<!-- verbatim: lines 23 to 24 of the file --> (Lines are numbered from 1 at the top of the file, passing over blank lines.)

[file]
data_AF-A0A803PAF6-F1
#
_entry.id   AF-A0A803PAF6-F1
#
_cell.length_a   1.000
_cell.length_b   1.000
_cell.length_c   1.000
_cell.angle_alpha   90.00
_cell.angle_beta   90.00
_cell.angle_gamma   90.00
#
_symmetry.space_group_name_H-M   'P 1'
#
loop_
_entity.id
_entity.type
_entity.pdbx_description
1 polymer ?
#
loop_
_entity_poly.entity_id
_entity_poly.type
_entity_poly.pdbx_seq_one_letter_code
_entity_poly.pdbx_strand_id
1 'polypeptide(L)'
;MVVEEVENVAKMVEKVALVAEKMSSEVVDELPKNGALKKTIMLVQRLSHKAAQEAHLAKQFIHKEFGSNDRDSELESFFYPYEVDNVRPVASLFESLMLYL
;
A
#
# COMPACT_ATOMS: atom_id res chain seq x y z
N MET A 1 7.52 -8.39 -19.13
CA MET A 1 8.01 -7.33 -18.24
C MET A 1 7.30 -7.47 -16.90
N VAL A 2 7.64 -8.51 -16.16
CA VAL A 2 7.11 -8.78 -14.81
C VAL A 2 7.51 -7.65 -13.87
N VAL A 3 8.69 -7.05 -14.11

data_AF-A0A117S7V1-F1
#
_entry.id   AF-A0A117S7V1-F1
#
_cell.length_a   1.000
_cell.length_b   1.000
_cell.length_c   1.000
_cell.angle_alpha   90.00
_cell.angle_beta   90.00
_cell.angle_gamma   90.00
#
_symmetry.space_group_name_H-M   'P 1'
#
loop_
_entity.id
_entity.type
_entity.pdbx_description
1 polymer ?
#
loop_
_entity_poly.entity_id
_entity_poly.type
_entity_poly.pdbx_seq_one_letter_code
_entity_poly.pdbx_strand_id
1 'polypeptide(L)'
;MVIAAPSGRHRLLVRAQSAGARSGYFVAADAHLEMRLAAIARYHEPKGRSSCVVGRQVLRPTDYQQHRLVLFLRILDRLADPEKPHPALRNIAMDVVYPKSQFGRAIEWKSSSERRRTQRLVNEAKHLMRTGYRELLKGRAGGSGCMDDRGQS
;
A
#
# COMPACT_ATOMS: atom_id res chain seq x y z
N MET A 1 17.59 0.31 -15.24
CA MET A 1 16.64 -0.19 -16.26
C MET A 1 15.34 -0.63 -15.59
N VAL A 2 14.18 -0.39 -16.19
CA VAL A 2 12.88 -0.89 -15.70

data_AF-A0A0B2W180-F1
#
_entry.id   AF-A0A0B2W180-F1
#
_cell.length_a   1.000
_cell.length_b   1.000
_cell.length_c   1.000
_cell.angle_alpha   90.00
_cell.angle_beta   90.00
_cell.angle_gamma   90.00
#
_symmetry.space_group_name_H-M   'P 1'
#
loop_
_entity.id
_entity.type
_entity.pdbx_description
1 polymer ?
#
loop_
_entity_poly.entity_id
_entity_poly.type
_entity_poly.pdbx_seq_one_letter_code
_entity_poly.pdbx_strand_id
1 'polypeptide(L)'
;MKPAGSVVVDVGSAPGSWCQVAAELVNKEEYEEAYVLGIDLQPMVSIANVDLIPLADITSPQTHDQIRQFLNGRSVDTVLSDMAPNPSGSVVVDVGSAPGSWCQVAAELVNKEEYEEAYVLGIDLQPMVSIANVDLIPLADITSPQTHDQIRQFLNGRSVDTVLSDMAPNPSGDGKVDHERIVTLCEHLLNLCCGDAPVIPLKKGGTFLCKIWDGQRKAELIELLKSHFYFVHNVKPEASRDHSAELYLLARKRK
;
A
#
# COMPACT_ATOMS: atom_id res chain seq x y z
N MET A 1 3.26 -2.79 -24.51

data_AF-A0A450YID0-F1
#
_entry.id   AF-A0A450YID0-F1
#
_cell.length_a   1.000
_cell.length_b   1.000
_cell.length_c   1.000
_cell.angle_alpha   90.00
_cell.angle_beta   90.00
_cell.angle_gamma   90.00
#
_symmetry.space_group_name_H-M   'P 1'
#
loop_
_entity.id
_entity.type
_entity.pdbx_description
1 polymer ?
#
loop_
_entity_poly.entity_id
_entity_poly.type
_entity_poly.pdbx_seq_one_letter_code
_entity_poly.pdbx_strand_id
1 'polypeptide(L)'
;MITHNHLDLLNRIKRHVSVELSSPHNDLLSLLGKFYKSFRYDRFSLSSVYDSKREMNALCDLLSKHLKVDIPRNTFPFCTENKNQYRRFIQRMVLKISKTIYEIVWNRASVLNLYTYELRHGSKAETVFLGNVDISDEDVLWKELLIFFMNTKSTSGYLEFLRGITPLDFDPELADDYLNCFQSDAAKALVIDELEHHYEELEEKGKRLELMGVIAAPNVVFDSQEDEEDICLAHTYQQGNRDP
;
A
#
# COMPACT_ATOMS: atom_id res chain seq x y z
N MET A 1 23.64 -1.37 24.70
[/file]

_entity_poly.pdbx_seq_one_letter_code
_entity_poly.pdbx_strand_id